3 reasons why Square is just getting started

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Traders may be reluctant to think about Square (NYSE: SQ) as a “just beginning” business. Its market capitalization takes the company deep into large cap territory, and its valuation has made it much more expensive than fintech companies such as Pay Pal Where Visa. Nonetheless, three factors strongly indicate that Square’s growth story has just started in three critical ways.

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1. The square footprint

Square only provides its payment systems and services in a relatively limited area at this time. Other leading fintech stocks like PayPal and Visa serve more than 200 countries.

By comparison, Square is only active in Australia, Canada, Japan, UK, and US. This leaves large swathes of the developed world unserved by Square.

The most notable market where Square does not offer its services is the European Union. However, its purchase of Spain-based Verse in 2020, which continues to operate as an independent business for now, indicates that this may change soon. Entering countries that use the euro would instantly add 19 countries to its footprint, not counting the overseas territories and principalities that have adopted the currency. It also doesn’t include places like Switzerland, Singapore, or the huge markets it could potentially serve in the developing world.

Some critics may argue that its footprint makes it a developed-world company, unable to adapt to developing countries. Indeed, such challenges have spawned companies like Free Mercado‘s MercadoPago and StoneCo, who has come to face such challenges. However, Square has added functionality since its inception and may add functionality to cater to cash customers if it enters developing countries.

2. The square bank

Square had previously created Square Capital to provide business loans. Now Square can operate an industrial bank. Individual states (Utah in Square’s case) charter industrial banks, and they can take deposits from customers and provide consumer and small business loans.

Many might wonder what Square’s banking charter means for investors. So far, probably not much; the company said Square Bank would not have a significant impact on the 2021 numbers.

However, since she now operates a bank, Square stock could gain as the company begins to perform functions associated with traditional finance. The bank allows Square to make loans without involving a third party, for example. Such a decision promotes a competitive advantage by combining the bank with a fully developed fintech ecosystem (more on this in the next section). It can also help their Cash App, their peer-to-peer payment platform, in unexpected ways.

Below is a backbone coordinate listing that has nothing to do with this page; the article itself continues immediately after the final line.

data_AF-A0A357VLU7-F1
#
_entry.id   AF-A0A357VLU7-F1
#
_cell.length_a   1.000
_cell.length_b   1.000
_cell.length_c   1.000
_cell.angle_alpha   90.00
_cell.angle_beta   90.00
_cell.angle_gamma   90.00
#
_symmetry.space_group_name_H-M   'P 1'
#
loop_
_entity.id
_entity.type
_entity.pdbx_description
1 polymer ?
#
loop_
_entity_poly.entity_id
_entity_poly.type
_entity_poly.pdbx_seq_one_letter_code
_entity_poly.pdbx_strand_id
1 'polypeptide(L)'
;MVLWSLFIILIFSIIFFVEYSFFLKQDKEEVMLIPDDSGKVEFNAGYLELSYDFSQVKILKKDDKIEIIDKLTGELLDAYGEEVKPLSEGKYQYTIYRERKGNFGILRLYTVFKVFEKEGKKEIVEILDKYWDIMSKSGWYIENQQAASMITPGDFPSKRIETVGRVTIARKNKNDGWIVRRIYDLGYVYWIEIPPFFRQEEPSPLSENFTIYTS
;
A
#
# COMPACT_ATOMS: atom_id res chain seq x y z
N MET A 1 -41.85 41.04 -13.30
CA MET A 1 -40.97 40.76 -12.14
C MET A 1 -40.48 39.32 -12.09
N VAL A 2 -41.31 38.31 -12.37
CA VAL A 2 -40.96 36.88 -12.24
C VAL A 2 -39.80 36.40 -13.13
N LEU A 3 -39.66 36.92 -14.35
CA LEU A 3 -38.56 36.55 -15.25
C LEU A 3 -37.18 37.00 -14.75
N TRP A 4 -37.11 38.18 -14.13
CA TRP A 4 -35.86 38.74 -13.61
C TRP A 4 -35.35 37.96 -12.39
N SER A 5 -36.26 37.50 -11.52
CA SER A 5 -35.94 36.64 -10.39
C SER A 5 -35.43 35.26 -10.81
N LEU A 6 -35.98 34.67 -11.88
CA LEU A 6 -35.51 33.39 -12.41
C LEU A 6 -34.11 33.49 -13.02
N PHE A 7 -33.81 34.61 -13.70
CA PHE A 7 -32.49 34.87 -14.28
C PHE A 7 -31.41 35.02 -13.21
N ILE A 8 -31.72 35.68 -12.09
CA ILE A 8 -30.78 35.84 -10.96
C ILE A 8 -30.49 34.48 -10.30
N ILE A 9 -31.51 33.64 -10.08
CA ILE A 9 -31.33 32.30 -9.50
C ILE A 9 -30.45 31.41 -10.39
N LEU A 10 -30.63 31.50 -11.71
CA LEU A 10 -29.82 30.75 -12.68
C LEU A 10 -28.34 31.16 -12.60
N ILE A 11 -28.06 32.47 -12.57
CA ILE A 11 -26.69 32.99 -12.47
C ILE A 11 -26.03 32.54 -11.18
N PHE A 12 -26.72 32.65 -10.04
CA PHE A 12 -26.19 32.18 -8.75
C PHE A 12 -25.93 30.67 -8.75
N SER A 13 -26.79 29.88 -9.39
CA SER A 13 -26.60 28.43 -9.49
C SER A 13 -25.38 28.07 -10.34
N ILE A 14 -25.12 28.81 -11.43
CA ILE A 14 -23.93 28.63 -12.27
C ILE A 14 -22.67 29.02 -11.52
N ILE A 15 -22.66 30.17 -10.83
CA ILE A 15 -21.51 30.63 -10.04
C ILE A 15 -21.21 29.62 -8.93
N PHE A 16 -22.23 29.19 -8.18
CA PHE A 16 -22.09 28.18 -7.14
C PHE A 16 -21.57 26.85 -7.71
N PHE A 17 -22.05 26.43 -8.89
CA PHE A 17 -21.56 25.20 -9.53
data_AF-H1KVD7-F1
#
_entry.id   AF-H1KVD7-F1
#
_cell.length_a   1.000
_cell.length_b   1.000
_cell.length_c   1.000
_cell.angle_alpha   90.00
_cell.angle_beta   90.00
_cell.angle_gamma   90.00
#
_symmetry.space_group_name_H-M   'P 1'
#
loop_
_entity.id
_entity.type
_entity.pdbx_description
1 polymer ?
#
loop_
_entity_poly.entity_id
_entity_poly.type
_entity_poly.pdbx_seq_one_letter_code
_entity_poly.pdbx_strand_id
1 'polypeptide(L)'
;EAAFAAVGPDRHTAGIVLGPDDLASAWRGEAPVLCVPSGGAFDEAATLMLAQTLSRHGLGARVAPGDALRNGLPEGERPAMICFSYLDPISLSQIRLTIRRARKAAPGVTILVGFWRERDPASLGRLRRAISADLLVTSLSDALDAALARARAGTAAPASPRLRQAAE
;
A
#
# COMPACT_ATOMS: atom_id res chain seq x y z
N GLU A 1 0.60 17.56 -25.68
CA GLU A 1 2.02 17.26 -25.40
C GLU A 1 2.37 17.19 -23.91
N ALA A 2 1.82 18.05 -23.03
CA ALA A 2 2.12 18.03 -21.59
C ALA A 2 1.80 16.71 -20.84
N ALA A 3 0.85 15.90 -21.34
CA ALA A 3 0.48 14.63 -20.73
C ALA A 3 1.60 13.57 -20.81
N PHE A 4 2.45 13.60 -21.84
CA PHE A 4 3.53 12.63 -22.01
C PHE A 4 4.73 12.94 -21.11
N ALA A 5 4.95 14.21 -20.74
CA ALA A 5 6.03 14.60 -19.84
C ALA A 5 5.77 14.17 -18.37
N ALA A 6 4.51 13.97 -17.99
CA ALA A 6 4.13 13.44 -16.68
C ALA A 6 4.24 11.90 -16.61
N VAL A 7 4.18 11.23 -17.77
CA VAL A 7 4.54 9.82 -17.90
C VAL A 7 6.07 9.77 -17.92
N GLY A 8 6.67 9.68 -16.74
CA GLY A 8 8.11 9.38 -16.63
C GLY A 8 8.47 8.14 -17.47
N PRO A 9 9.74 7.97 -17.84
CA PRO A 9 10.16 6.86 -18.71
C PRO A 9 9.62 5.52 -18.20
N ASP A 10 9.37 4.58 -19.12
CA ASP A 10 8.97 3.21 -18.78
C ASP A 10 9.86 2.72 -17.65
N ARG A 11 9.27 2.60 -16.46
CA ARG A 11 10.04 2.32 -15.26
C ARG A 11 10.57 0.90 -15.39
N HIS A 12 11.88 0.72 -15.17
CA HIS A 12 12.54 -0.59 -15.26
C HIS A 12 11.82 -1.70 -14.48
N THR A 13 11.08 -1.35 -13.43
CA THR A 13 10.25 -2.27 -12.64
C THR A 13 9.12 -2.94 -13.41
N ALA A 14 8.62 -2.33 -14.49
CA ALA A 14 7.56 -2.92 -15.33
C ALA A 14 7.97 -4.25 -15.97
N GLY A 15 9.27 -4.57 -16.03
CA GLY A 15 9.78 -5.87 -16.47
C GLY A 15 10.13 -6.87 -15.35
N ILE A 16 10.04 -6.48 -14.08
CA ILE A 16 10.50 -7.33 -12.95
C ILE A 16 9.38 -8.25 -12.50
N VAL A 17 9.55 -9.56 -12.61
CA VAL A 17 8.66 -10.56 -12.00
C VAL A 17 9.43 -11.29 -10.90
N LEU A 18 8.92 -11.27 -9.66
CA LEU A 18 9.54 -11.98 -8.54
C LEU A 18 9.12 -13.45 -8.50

Square has recently faced complaints about the disappearance of money from Cash App. Security firms such as Chargeback Gurus point out that users cannot cancel Cash App transactions, and fraud rates increase three to four times when an individual money transfer does not require authentication or verification of his identity. Stories have also circulated in the media highlighting such fraud.

However, neither the states nor the federal government allow fintechs like they do banks. Square becoming a bank, it will be subject to more direct regulatory control. This could bring more direct oversight to Cash App at a time when it appears to need such rules.

3. The Square ecosystem

Square prides itself on creating “easy tools to empower and enrich people”. The company started out by providing the Square Reader, an add-on that made credit card transactions possible for consumers and single homeowners through a smartphone.

At first, this made Square comparable to the financial industry of the past, where different companies performed separate functions such as banking, brokerage, payroll, credit card transactions, and technology. However, over time it continued to add additional services through Square Payroll and Square Register.

Much of the added functionality also comes from Cash App. In addition to the basic fundraising and spending functions, Cash App also enables stock trading and purchase of Bitcoin.

The linking of these functions is increasingly making Square a one-stop-shop for finance. If consumers embrace Square, it would enable traditional verification, brokerage, and lending functions through its Bank and Cash app. For those starting a business, Square could provide loans as well as the necessary card readers, cash registers, financial software, and payroll needs.

This reduces the need for payroll companies such as ADP – and also for traditional banks. While Square would likely not “take over finance,” such a perception would likely bolster Square stock’s reputation.

The bottom line

Square supports a market cap of $ 95 billion. Also, a P / E ratio above 525 seems expensive compared to PayPal’s multiple of 65 and Visa’s P / E of around 45.

Still, Square will likely move to more countries and perform more traditional banking functions over time. Expansion into new markets and the nexus of traditional finance could make Square an all-in-one financial conglomerate. Given this potential, investors should consider getting into this fintech stock before the real expansion begins.

This article represents the opinion of the author, who may disagree with the “official” recommendation position of a premium Motley Fool consulting service. We are heterogeneous! Challenging an investment thesis – even one of our own – helps us all to think critically about investing and make decisions that help us become smarter, happier, and richer.

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